Millions of years ago, the world was a lot different. The long-necked Diplacusis roamed this volcano-laden landscape. Diplacusis was so large, thanks to its long tail and neck, that no other predators were a threat.
Actually, Diplodocus is the long-necked dinosaur from the Jurassic Period. When you’re hearing two sounds simultaneously, that’s a hearing condition called diplacusis.
Diplacusis is an affliction which can be frustrating and confusing causing difficulty with communication.
Perhaps your hearing has been a bit weird lately
We’re used to regarding hearing loss as a kind of progressive decreasing of the volume knob. According to this idea, over time, we just hear less and less. But there are some other, not so well recognized, types of hearing loss. Diplacusis is one of the stranger, and also more frustrating, of these hearing problems.
Diplacusis, what is it?
So, what’s diplacusis? The meaning of the medical term diplacusis is simply “double hearing”. Typically, your brain will combine the sound from your right and left ear into a single sound. That’s what you hear. Your eyes are doing the same thing. You will see slightly different images if you cover each eye one at a time. Usually, with your ears, you won’t even notice it.
When your brain can’t effectively integrate the two sounds from your ears because they are too different, you have this condition of diplacusis. Monaural diplacusis is caused by hearing loss in only one ear while binaural diplacusis is due to hearing loss in both.
Two forms of diplacusis
Different people are impacted in different ways by diplacuses. Normally, though, people will experience one of the following two types of diplacusis:
- Diplacusis dysharmonica: When the pitch of the right and left ear are off it’s a sign of this form of diplacusis. So the sound will be distorted when someone speaks with you. One side may sound high-pitched and the other low-pitched. Those sounds can be difficult to understand consequently.
- Diplacusis echoica: With this, what you hear will seem off because your brain receives the sound from each ear out of sync with the other rather than hearing two separate pitches. This might cause echoes (or, instead, artifacts that sound like echoes). This can also cause difficulty in terms of understanding speech.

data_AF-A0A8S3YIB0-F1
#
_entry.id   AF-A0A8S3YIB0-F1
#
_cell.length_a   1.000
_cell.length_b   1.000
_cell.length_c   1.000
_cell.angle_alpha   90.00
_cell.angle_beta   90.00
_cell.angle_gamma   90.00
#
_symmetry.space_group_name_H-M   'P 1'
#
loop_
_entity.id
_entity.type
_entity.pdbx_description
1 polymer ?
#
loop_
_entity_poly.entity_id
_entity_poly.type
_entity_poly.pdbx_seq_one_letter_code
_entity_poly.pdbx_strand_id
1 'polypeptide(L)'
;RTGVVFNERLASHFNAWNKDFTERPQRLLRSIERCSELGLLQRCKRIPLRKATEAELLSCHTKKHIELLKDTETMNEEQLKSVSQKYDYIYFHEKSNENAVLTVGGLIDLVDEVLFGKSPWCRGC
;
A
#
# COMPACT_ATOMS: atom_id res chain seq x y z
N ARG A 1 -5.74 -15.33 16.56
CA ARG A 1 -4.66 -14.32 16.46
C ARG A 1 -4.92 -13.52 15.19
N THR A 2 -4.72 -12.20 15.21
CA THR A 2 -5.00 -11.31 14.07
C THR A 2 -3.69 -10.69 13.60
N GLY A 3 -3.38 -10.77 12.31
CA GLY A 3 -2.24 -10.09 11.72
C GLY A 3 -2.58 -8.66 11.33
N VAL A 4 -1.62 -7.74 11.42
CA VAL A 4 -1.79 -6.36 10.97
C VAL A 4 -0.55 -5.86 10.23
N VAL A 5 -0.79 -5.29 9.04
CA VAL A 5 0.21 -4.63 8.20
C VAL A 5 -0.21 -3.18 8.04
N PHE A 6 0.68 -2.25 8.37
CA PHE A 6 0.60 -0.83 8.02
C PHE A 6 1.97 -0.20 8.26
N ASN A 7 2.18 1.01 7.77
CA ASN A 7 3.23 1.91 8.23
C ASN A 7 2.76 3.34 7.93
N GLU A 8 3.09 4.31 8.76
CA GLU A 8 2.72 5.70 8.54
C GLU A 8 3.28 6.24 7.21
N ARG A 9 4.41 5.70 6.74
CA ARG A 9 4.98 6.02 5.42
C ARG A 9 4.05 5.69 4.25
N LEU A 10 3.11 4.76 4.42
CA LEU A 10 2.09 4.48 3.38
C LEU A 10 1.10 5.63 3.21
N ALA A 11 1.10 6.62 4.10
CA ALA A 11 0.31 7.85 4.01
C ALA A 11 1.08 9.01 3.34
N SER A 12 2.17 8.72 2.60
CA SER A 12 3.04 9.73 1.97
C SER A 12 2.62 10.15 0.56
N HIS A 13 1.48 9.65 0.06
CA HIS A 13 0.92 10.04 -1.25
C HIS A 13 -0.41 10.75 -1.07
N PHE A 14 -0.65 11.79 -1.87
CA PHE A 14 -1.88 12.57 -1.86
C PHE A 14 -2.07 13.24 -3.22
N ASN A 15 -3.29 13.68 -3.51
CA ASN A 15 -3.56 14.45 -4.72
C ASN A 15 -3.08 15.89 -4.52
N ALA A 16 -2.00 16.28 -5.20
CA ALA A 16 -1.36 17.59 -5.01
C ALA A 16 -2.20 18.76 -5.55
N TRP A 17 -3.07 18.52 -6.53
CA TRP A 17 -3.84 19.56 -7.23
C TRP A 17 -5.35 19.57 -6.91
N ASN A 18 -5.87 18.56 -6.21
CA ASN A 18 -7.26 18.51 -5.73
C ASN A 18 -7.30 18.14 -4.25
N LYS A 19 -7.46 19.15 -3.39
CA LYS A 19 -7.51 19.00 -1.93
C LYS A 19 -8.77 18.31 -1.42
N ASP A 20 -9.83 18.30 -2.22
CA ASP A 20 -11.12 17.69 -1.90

Here are some symptoms of diplacusis:
- Hearing that seems off (in timing).
- Hearing that seems off (in pitch).
- Phantom echoes
That said, it’s useful to think of diplacusis as akin to double vision: It’s usually a symptom of something else, but it can create some of its own symptoms. (It’s the effect, essentially, not the cause.) Diplacusis, in these cases, is most likely a symptom of hearing loss. So your best strategy would be to make an appointment with us for a hearing test.
What causes diplacusis?
The causes of diplacusis line up quite well, in a general sense, with the causes of hearing loss. But there are some specific reasons why you might develop diplacusis:
- An infection: Inflammation of your ear canal can be the consequence of an ear infection, sinus infection, or even allergies. This swelling, while a normal response, can impact the way sound travels through your inner ear and to your brain.
- Your ears have damage caused by noise: If you’ve experienced enough loud noises to damage your ears, it’s feasible that the same damage has resulted in hearing loss, and consequently, diplacusis.
- Earwax: Your ability to hear can be impacted by an earwax obstruction. Whether that earwax forms a partial or full obstruction, it can cause diplacusis.
- A tumor: In some very rare situations, tumors in your ear canal can lead to diplacusis. Don’t panic! In most instances they’re benign. Nevertheless, it’s something you should speak with your hearing specialist about!
As you can see, diplacusis and hearing loss have many of the same common causes. This means that if you’re experiencing diplacusis, it’s likely that something is impeding your ability to hear. Which means it’s a good idea to visit a hearing specialist.
Treatments for diplacusis
Depending on the underlying cause, there are a few possible treatments. If your condition is caused by a blockage, like earwax, then treatment will concentrate on the removal of that blockage. But irreversible sensorineural hearing loss is more frequently the cause. Here are a few treatment options if that’s the situation:
- Hearing aids: Your hearing can be neutralized with the right set of hearing aids. This means that the symptoms of diplacusis will likely disappear. It’s essential to get the correct settings on your hearing aids and you’ll want to have us help you with that.
- Cochlear implant: In cases where the hearing loss at the root of diplacusis is profound, a cochlear implant may be the only way to get relief from the symptoms.
All of this starts with a hearing assessment. Here’s how you can think about it: a hearing test will be able to identify what kind of hearing loss is at the source of your diplacusis (perhaps you simply think things sound strange at this point and you don’t even identify it as diplacusis). We have really sensitive hearing tests nowadays and any inconsistencies with how your ears are hearing the world will be found.
Life is more fun when you can hear well
Getting the proper treatment for your diplacusis, whether that’s a hearing aid or something else, means you’ll be more able to participate in your daily life. Conversations will be easier. It will be easier to stay in tune with your family.
So there will be no diplacusis symptoms getting in the way of your ability to hear your grandchildren telling you all about the Diplodocus.
Call today for an appointment to have your diplacusis symptoms checked.